Biotech Updates

Newly Discovered Banana Ripening Genes

April 24, 2009

Scientist from the Department of Postharvest Science of Fresh Produce, Volcani Center, Israel, the Boyce Thompson Institute for Plant Research, Ithaca, New York and the University of the Philippines Los Baños were able to successfully isolate and analyze another gene involved in the developmental control of ripening in banana. Named as MaMADS2, the gene cloned from the cDNA of ripe banana fruit, was found to have DNA sequences similar with Type II MADS-box transcription factors. MADS-box gene transcription factors are regulating genes which controls flower development and organogenesis.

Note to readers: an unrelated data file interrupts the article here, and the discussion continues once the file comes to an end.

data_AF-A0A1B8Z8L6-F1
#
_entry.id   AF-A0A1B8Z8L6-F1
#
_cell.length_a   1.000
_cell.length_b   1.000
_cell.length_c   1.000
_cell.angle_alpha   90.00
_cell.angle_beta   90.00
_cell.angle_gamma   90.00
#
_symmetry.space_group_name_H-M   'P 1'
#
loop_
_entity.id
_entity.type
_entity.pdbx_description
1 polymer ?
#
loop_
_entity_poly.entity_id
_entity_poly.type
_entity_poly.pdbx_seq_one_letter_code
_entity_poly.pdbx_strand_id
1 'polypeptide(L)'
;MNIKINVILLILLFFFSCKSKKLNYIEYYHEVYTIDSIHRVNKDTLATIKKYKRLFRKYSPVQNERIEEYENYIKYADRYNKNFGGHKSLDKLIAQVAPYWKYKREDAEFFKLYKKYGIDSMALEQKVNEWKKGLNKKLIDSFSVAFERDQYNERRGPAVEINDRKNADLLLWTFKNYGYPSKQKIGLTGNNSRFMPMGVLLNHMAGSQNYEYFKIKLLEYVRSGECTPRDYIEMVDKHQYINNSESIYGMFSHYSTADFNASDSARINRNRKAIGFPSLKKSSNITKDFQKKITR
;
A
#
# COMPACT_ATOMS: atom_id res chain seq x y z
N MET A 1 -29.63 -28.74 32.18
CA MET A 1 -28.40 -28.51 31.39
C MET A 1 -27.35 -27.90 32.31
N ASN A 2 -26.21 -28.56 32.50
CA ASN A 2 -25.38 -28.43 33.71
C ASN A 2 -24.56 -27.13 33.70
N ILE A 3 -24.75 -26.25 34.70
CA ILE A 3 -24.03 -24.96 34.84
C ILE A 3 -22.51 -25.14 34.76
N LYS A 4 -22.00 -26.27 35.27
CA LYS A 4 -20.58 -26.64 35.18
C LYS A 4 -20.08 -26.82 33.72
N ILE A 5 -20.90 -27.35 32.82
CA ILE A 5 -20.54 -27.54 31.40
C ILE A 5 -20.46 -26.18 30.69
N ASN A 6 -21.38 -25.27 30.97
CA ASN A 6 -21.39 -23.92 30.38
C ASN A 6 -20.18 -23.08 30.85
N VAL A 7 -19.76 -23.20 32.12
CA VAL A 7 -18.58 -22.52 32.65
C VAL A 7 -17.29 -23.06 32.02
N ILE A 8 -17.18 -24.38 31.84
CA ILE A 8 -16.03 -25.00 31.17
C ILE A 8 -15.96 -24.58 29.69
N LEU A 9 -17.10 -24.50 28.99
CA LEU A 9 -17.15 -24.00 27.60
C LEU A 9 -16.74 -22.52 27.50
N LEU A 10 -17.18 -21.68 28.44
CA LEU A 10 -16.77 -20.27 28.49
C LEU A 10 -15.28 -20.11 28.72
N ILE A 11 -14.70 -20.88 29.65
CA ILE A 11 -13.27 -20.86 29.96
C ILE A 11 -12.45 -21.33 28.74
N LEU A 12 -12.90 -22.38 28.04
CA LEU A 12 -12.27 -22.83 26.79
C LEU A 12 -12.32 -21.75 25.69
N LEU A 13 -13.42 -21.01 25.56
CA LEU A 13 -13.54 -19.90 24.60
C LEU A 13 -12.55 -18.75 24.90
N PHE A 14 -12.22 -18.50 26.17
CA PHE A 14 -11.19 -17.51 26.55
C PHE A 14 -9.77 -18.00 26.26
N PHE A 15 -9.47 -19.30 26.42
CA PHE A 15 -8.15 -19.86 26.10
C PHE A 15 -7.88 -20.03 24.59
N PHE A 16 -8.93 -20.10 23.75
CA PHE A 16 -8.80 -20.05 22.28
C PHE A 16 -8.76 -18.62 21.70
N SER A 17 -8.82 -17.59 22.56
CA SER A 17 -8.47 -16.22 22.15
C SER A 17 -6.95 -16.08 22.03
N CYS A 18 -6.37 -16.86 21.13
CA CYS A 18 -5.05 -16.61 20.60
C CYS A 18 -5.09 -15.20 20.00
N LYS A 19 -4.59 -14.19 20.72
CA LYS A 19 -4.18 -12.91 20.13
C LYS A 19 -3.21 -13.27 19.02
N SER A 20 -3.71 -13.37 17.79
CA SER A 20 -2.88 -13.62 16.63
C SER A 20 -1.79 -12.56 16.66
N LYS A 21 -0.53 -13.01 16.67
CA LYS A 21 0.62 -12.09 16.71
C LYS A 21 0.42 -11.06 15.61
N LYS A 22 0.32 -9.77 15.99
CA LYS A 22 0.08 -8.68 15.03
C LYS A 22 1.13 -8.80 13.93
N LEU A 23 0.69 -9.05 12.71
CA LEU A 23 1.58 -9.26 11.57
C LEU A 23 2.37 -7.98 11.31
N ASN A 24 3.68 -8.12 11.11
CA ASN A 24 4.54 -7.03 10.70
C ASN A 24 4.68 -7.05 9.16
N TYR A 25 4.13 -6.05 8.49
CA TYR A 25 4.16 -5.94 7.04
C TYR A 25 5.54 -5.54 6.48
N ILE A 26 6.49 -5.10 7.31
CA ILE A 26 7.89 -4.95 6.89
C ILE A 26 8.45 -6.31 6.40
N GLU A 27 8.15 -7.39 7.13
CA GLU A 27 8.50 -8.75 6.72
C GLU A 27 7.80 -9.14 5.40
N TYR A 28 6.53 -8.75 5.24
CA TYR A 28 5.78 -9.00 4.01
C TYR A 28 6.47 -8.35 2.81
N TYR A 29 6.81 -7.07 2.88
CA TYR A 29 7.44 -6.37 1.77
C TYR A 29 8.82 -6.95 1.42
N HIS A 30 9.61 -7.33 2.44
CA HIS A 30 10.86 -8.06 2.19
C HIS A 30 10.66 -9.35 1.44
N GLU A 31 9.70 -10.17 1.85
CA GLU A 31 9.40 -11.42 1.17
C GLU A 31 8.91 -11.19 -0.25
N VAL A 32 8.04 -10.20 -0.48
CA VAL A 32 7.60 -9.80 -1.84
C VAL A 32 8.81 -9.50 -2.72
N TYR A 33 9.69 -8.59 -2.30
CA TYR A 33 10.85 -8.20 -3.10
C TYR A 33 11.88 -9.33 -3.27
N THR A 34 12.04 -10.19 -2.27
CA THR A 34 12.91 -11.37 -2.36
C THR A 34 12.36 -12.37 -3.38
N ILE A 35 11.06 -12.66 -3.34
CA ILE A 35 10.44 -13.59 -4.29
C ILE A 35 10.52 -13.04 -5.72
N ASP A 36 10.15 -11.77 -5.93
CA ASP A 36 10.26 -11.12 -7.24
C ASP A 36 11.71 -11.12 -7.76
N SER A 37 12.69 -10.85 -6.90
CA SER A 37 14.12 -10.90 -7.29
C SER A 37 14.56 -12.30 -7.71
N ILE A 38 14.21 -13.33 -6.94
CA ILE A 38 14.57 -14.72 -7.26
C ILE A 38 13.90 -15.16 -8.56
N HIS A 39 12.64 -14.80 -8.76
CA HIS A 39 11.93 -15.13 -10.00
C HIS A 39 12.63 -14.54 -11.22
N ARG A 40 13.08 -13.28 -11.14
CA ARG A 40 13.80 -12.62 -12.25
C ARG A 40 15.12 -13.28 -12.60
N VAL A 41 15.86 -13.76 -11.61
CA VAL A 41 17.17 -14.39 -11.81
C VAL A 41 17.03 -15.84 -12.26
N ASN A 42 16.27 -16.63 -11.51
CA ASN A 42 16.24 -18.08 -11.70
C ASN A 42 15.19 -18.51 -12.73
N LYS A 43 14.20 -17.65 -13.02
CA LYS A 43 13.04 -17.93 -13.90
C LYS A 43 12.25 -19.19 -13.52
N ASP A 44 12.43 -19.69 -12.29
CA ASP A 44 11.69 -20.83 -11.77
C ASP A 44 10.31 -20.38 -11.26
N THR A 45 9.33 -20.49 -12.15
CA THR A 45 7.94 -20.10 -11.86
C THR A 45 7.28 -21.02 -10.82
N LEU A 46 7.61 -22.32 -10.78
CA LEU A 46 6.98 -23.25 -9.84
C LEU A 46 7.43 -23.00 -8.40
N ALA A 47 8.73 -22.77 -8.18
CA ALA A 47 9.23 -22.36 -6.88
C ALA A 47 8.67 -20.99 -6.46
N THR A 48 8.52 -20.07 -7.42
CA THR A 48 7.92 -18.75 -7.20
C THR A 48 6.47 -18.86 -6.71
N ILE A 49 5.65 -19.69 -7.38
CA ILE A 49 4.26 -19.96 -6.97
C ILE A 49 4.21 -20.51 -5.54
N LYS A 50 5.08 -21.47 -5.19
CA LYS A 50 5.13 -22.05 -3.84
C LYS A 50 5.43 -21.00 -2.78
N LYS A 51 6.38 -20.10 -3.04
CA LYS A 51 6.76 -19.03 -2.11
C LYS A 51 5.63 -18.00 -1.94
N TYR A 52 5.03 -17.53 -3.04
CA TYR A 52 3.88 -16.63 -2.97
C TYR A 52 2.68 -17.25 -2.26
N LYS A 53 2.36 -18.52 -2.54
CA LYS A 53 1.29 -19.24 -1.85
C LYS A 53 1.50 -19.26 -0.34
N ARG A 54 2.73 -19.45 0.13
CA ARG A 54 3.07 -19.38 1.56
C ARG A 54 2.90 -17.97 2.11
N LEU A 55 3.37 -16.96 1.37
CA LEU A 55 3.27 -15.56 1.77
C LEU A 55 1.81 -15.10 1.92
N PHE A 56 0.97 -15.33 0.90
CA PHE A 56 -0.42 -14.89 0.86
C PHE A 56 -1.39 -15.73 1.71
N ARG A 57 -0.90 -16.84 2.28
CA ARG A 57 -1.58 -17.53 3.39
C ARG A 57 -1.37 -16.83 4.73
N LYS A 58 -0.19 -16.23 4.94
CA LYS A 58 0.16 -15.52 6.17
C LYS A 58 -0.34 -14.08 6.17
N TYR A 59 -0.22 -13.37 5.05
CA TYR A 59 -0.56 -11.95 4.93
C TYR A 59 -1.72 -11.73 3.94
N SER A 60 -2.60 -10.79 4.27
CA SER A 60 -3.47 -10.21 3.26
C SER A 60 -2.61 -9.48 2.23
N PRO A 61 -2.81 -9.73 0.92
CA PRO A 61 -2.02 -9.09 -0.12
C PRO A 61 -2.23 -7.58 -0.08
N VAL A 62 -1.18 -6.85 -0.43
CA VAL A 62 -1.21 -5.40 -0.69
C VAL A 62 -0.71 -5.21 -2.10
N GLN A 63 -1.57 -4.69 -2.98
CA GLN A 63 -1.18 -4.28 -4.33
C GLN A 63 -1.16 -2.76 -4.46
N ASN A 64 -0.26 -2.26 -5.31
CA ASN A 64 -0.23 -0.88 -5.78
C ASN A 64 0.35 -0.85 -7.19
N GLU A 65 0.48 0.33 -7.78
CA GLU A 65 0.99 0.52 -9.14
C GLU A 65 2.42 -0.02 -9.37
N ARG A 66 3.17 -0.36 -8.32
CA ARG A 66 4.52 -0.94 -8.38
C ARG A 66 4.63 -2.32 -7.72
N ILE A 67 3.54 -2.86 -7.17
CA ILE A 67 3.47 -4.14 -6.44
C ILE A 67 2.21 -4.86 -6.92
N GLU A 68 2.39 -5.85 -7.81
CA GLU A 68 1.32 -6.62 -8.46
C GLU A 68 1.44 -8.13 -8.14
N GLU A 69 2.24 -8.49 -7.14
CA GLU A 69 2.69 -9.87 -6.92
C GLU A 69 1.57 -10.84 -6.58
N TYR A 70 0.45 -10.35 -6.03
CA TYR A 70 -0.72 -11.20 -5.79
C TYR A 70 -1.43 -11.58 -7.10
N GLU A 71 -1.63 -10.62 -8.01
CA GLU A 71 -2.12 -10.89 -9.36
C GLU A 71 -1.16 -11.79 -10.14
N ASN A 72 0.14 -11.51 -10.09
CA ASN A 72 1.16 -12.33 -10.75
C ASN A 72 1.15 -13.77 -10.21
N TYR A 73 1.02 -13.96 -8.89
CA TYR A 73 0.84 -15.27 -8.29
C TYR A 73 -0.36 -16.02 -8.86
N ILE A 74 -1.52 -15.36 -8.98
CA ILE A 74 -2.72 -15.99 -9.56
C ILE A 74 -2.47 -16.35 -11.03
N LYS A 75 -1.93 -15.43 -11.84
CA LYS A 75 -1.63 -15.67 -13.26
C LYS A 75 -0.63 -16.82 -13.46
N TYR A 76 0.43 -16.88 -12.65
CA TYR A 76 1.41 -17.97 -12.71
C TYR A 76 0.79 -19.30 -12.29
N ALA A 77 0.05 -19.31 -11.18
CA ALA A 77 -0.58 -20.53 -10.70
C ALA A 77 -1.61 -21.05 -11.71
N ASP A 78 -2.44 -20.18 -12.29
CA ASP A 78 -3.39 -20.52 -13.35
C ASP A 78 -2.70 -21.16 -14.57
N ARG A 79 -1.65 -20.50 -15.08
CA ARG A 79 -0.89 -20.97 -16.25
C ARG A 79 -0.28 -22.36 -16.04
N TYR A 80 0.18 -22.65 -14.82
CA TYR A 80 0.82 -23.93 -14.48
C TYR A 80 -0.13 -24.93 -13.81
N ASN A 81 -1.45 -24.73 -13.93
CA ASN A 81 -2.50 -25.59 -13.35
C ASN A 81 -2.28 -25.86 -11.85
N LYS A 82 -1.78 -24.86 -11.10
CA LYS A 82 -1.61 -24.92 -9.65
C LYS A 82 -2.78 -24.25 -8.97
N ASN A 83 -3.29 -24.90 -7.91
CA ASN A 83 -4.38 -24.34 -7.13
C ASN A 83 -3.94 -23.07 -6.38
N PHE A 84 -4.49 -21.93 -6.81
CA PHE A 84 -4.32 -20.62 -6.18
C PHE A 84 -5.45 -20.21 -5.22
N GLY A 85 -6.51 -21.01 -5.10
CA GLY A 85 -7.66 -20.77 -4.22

Promoter region analysis showed the presence of known binding sites for MADS-box, hinting at possible autoregulation of MaMADS2 gene transcription. The expression of MaMADS2 starts before the onset of ripening in both pulp and peel of banana with increased expression at low humidity – a response to stress resulting in developmental shift and early ripening. On the other hand, a known MaMADS1 expression is ethylene induced and increases only after the ethylene peak was attained. This is the first report on MaMADS2 gene from banana which could provide critical information in the development of research strategies in prolonging the shelf-life of banana.

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